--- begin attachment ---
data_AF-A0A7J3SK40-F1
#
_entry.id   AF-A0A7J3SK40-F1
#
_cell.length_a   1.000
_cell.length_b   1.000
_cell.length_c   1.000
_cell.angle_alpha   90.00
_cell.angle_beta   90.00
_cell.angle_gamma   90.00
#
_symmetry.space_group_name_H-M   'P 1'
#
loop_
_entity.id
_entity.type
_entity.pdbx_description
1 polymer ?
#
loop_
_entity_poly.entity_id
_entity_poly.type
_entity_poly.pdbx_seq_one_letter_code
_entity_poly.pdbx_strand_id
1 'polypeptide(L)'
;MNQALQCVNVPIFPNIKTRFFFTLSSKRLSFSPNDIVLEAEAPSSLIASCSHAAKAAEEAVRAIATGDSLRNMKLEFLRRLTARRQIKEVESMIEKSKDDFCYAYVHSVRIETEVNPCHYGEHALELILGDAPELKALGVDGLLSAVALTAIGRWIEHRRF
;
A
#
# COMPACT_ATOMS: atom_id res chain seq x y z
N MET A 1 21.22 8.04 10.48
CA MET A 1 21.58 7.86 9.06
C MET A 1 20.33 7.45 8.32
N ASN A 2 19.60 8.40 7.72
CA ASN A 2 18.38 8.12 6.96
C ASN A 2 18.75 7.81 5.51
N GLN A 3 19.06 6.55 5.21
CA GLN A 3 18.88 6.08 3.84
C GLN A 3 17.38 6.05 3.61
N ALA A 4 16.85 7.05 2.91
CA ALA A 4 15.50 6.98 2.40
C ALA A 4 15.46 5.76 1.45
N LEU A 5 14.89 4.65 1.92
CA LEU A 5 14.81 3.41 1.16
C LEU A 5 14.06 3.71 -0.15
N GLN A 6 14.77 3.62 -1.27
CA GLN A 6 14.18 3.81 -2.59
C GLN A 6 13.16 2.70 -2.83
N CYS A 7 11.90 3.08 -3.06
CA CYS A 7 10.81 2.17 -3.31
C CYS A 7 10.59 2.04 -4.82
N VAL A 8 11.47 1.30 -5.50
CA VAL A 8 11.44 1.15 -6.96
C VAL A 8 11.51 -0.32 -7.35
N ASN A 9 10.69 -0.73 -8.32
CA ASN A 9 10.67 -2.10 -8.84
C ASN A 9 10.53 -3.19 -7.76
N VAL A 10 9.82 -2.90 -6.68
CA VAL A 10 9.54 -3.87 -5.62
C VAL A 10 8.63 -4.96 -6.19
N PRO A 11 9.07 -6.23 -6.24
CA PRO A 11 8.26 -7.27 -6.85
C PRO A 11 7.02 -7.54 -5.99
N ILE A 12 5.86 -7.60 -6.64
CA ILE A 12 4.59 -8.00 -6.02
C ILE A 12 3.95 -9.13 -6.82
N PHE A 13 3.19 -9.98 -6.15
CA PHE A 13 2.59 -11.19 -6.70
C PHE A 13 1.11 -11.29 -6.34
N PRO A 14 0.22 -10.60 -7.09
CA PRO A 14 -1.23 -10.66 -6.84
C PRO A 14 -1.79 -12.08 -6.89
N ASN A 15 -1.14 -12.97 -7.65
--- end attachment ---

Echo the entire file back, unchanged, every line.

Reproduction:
data_AF-A0A7J3SK40-F1
#
_entry.id   AF-A0A7J3SK40-F1
#
_cell.length_a   1.000
_cell.length_b   1.000
_cell.length_c   1.000
_cell.angle_alpha   90.00
_cell.angle_beta   90.00
_cell.angle_gamma   90.00
#
_symmetry.space_group_name_H-M   'P 1'
#
loop_
_entity.id
_entity.type
_entity.pdbx_description
1 polymer ?
#
loop_
_entity_poly.entity_id
_entity_poly.type
_entity_poly.pdbx_seq_one_letter_code
_entity_poly.pdbx_strand_id
1 'polypeptide(L)'
;MNQALQCVNVPIFPNIKTRFFFTLSSKRLSFSPNDIVLEAEAPSSLIASCSHAAKAAEEAVRAIATGDSLRNMKLEFLRRLTARRQIKEVESMIEKSKDDFCYAYVHSVRIETEVNPCHYGEHALELILGDAPELKALGVDGLLSAVALTAIGRWIEHRRF
;
A
#
# COMPACT_ATOMS: atom_id res chain seq x y z
N MET A 1 21.22 8.04 10.48
CA MET A 1 21.58 7.86 9.06
C MET A 1 20.33 7.45 8.32
N ASN A 2 19.60 8.40 7.72
CA ASN A 2 18.38 8.12 6.96
C ASN A 2 18.75 7.81 5.51
N GLN A 3 19.06 6.55 5.21
CA GLN A 3 18.88 6.08 3.84
C GLN A 3 17.38 6.05 3.61
N ALA A 4 16.85 7.05 2.91
CA ALA A 4 15.50 6.98 2.40
C ALA A 4 15.46 5.76 1.45
N LEU A 5 14.89 4.65 1.92
CA LEU A 5 14.81 3.41 1.16
C LEU A 5 14.06 3.71 -0.15
N GLN A 6 14.77 3.62 -1.27
CA GLN A 6 14.18 3.81 -2.59
C GLN A 6 13.16 2.70 -2.83
N CYS A 7 11.90 3.08 -3.06
CA CYS A 7 10.81 2.17 -3.31
C CYS A 7 10.59 2.04 -4.82
N VAL A 8 11.47 1.30 -5.50
CA VAL A 8 11.44 1.15 -6.96
C VAL A 8 11.51 -0.32 -7.35
N ASN A 9 10.69 -0.73 -8.32
CA ASN A 9 10.67 -2.10 -8.84
C ASN A 9 10.53 -3.19 -7.76
N VAL A 10 9.82 -2.90 -6.68
CA VAL A 10 9.54 -3.87 -5.62
C VAL A 10 8.63 -4.96 -6.19
N PRO A 11 9.07 -6.23 -6.24
CA PRO A 11 8.26 -7.27 -6.85
C PRO A 11 7.02 -7.54 -5.99
N ILE A 12 5.86 -7.60 -6.64
CA ILE A 12 4.59 -8.00 -6.02
C ILE A 12 3.95 -9.13 -6.82
N PHE A 13 3.19 -9.98 -6.15
CA PHE A 13 2.59 -11.19 -6.70
C PHE A 13 1.11 -11.29 -6.34
N PRO A 14 0.22 -10.60 -7.09
CA PRO A 14 -1.23 -10.66 -6.84
C PRO A 14 -1.79 -12.08 -6.89
N ASN A 15 -1.14 -12.97 -7.65